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At the International Table

A unique internship opportunity gave this student firsthand experience in diplomacy — and insight into the Holy See Mission at the United Nations.
By Amanda Loudin

Juggling a full load of classes while holding down a nine-to-five job is never easy, but when that job is being an intern at the United Nations, it can be particularly challenging. Maria Smutelovicova ’23 managed the juggling act like a pro.

“Maria has a very strong work ethic and skill set,” says Father Mark Knestout, attaché of the Holy See Mission at the United Nations and director of its internship program. “She’s bright and capable and was tasked with a good deal of responsibility.”

Smutelovicova’s résumé shows why she was a good fit for the internship: A double major in diplomacy and international relations as well as modern languages, she minored in Catholic studies. But she still had to pass through a rigorous application process.

According to Father Knestout, the Holy See considers about 25 applications each semester from Seton Hall and other universities internationally. Just getting to that step requires letters of recommendation from a professor and a clergy member, along with a letter explaining why the applicant wants the position. “We then send the applicants a report on an issue from the U.N., and ask them to write a summary of it,” Father Knestout explains. “Then we interview the applicants and whittle the list down to 12.”

The interview process generally involves a diplomat, a negotiator, a lawyer and Father Knestout, and dives into the applicants’ school life, faith life, and knowledge of the U.N. At the end of the interviews, the Holy See selects eight students for the internships.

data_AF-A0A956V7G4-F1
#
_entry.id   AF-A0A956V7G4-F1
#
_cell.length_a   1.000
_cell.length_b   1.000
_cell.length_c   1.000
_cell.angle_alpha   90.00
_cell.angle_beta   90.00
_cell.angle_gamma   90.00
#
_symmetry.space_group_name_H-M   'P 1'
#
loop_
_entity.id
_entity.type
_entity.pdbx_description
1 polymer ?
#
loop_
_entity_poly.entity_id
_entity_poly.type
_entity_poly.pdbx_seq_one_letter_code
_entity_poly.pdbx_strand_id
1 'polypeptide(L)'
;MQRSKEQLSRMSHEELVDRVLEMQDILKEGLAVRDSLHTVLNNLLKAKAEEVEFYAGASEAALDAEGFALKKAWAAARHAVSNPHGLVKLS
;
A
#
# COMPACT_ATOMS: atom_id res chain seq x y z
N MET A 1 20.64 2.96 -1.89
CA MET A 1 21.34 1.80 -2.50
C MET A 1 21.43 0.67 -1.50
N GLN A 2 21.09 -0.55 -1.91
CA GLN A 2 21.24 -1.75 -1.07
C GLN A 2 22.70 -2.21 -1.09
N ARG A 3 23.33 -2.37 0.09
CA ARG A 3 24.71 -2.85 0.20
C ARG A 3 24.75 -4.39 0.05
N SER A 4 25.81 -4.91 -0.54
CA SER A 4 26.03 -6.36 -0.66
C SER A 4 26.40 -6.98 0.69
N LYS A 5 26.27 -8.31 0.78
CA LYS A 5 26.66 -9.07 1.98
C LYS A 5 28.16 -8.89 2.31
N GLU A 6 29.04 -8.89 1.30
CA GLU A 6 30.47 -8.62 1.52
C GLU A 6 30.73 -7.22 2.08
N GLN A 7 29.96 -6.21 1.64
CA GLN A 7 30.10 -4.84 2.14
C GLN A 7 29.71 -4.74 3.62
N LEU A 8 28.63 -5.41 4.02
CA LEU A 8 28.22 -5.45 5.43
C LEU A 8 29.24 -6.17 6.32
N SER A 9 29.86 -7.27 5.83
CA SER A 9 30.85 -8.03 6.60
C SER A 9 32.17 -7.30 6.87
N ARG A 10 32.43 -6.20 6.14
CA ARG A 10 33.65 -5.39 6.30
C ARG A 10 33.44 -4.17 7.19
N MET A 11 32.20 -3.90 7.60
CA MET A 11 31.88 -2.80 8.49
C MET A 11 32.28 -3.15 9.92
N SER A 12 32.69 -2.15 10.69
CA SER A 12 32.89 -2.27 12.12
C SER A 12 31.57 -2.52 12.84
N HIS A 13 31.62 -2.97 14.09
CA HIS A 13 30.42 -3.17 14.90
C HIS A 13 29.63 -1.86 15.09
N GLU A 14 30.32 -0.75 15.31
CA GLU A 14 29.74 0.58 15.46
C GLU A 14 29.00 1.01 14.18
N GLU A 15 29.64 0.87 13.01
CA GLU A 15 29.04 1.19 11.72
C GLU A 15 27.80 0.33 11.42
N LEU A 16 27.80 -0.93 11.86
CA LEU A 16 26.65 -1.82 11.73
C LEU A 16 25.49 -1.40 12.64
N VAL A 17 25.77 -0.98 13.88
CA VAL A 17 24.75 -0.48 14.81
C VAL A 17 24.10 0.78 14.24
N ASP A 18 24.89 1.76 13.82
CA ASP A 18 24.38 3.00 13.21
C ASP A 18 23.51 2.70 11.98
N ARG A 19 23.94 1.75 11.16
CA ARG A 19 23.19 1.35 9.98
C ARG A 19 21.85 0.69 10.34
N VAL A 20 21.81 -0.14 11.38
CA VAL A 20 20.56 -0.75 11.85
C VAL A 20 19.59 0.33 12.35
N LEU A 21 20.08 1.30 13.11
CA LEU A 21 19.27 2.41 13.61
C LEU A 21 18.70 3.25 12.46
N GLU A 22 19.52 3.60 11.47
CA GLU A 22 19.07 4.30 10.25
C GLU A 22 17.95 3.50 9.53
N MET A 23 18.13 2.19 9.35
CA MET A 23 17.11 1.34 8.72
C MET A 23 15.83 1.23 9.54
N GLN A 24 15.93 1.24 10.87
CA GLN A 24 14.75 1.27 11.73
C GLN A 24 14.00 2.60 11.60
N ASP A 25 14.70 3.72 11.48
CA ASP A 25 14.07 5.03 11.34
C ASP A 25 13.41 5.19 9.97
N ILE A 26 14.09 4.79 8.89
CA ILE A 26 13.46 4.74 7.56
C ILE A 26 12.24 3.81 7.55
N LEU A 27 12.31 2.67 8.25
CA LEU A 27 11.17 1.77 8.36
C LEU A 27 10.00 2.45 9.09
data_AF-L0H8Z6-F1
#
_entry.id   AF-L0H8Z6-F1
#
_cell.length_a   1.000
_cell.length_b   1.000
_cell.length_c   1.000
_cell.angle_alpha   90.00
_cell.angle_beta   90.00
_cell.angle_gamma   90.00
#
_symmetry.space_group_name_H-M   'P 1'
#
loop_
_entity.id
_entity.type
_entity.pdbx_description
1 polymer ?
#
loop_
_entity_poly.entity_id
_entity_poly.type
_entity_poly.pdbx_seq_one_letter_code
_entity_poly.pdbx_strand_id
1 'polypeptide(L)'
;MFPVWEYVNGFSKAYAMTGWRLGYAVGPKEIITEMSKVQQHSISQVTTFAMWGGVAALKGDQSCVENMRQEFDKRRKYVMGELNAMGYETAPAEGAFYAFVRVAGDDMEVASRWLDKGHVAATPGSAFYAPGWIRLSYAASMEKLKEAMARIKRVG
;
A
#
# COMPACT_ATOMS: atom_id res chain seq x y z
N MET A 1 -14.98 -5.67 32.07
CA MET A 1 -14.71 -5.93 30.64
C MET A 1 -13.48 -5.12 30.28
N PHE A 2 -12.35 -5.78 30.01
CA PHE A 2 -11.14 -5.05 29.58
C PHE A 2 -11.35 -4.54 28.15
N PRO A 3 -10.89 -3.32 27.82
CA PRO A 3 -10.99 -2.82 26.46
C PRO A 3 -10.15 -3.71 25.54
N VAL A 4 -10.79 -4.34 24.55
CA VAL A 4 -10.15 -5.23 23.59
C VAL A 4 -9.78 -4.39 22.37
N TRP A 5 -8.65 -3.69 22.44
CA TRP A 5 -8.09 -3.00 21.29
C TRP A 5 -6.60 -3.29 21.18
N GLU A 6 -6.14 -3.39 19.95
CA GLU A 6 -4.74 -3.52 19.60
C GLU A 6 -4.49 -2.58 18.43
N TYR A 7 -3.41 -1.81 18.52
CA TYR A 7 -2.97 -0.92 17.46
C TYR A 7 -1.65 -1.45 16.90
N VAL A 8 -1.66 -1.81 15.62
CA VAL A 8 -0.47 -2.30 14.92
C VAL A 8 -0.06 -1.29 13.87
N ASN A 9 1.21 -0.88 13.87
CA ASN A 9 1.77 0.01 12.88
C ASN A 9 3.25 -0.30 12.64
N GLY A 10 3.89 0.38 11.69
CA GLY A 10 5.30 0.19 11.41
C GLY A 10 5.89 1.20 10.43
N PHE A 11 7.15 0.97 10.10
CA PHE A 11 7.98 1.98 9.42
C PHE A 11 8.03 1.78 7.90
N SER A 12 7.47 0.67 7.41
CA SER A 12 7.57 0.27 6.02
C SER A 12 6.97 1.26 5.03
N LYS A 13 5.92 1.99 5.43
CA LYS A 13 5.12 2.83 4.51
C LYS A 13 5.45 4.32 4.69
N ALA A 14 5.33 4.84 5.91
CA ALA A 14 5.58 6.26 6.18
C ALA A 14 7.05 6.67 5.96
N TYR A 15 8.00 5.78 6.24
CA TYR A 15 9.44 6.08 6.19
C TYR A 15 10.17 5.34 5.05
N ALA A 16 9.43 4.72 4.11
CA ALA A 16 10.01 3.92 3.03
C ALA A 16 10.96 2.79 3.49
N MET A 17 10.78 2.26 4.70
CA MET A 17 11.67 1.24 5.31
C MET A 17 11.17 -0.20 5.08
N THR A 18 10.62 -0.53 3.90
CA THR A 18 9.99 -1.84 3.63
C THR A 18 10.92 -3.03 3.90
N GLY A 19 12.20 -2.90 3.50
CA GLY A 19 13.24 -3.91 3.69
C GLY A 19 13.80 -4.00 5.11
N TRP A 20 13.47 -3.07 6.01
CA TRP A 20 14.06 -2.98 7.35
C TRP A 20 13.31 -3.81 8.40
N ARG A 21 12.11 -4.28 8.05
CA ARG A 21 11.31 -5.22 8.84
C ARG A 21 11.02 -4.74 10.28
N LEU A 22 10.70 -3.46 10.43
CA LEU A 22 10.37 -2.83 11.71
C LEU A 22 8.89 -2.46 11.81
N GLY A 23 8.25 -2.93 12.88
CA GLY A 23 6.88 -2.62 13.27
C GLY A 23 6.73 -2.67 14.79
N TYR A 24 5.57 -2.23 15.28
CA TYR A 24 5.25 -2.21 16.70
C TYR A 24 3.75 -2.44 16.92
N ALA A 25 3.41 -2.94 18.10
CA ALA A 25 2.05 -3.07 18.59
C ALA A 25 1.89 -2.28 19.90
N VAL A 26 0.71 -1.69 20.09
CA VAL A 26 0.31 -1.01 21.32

Writing briefs on intense global affairs
As an intern for the Holy See, Smutelovicova was immersed in the daily operations of the U.N. Security Council. “We began every day with prayer and a staff meeting at the mission,” she says, “where we decided who would be covering what.”

Her focus was covering Security Council meetings, which often involved talks of wars and peace building. “It could be very intense,” she says, “and there was always a lot happening around the world.”

The meetings moved at a rapid pace, says Smutelovicova, and she had to listen carefully and understand what the council was discussing. She then had to write a brief on what occurred. “This wasn’t just a set of notes, but a summary and analysis. My work would go to the Holy See staff, and then on to the Vatican.”

“I was very aware of the fact that the pope is informed from my reports,” she says. “But I really enjoyed the fact that I could sit in on a meeting at the U.N., listen to them, and be in the middle of the decision-making that has a global impact.”

To dedicate so much time and attention to her U.N. tasks, Smutelovicova depended on a set of understanding professors and staff at the Holy See so that she could work during the week and take her classes online over the weekends. “It was only through good communication with everyone that I was able to pull it off,” she says.
“It was extremely challenging around exams.”

Smutelovicova’s internship was during the fall semester of 2022, but she left such an impression that the Holy See asked her to return part time in the spring to cover for the mission’s human-rights and development team. “We ended up down an intern that semester and Maria was so good that we knew she could fill in,” says Father Knestout. “She was a great help to us.”

Following graduation in May, Smutelovicova took a well-deserved break by visiting family and friends in Slovakia. She returned to the United States in August, and is considering either working in international relations or pursuing a master’s degree.

Smutelovicova will treasure one internship memory in particular: “Every year all the world’s leaders gather at the U.N. for a special session, the general assembly’s ‘High-Level Week,’” she says. “I got to sit in that room and listen to what they had to say about how we could change the world for the better.”

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